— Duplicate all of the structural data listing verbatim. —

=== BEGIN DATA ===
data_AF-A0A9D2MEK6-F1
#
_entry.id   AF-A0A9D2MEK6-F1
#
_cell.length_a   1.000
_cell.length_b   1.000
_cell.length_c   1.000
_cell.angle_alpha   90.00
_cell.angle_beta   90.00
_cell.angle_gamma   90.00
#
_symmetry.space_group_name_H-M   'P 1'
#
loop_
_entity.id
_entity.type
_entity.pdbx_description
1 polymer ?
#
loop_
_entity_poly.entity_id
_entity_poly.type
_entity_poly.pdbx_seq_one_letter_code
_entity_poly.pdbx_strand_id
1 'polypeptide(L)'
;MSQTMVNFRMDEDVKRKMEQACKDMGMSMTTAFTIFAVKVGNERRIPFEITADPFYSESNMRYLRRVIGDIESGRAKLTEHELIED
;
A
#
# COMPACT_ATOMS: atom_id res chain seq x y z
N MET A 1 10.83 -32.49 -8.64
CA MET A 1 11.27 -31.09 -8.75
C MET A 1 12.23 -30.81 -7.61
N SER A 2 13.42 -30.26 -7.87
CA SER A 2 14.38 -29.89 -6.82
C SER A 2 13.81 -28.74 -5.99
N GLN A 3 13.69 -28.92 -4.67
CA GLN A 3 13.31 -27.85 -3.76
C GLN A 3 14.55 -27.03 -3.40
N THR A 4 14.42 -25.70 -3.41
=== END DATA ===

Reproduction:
data_AF-A0A9D2MEK6-F1
#
_entry.id   AF-A0A9D2MEK6-F1
#
_cell.length_a   1.000
_cell.length_b   1.000
_cell.length_c   1.000
_cell.angle_alpha   90.00
_cell.angle_beta   90.00
_cell.angle_gamma   90.00
#
_symmetry.space_group_name_H-M   'P 1'
#
loop_
_entity.id
_entity.type
_entity.pdbx_description
1 polymer ?
#
loop_
_entity_poly.entity_id
_entity_poly.type
_entity_poly.pdbx_seq_one_letter_code
_entity_poly.pdbx_strand_id
1 'polypeptide(L)'
;MSQTMVNFRMDEDVKRKMEQACKDMGMSMTTAFTIFAVKVGNERRIPFEITADPFYSESNMRYLRRVIGDIESGRAKLTEHELIED
;
A
#
# COMPACT_ATOMS: atom_id res chain seq x y z
N MET A 1 10.83 -32.49 -8.64
CA MET A 1 11.27 -31.09 -8.75
C MET A 1 12.23 -30.81 -7.61
N SER A 2 13.42 -30.26 -7.87
CA SER A 2 14.38 -29.89 -6.82
C SER A 2 13.81 -28.74 -5.99
N GLN A 3 13.69 -28.92 -4.67
CA GLN A 3 13.31 -27.85 -3.76
C GLN A 3 14.55 -27.03 -3.40
N THR A 4 14.42 -25.70 -3.41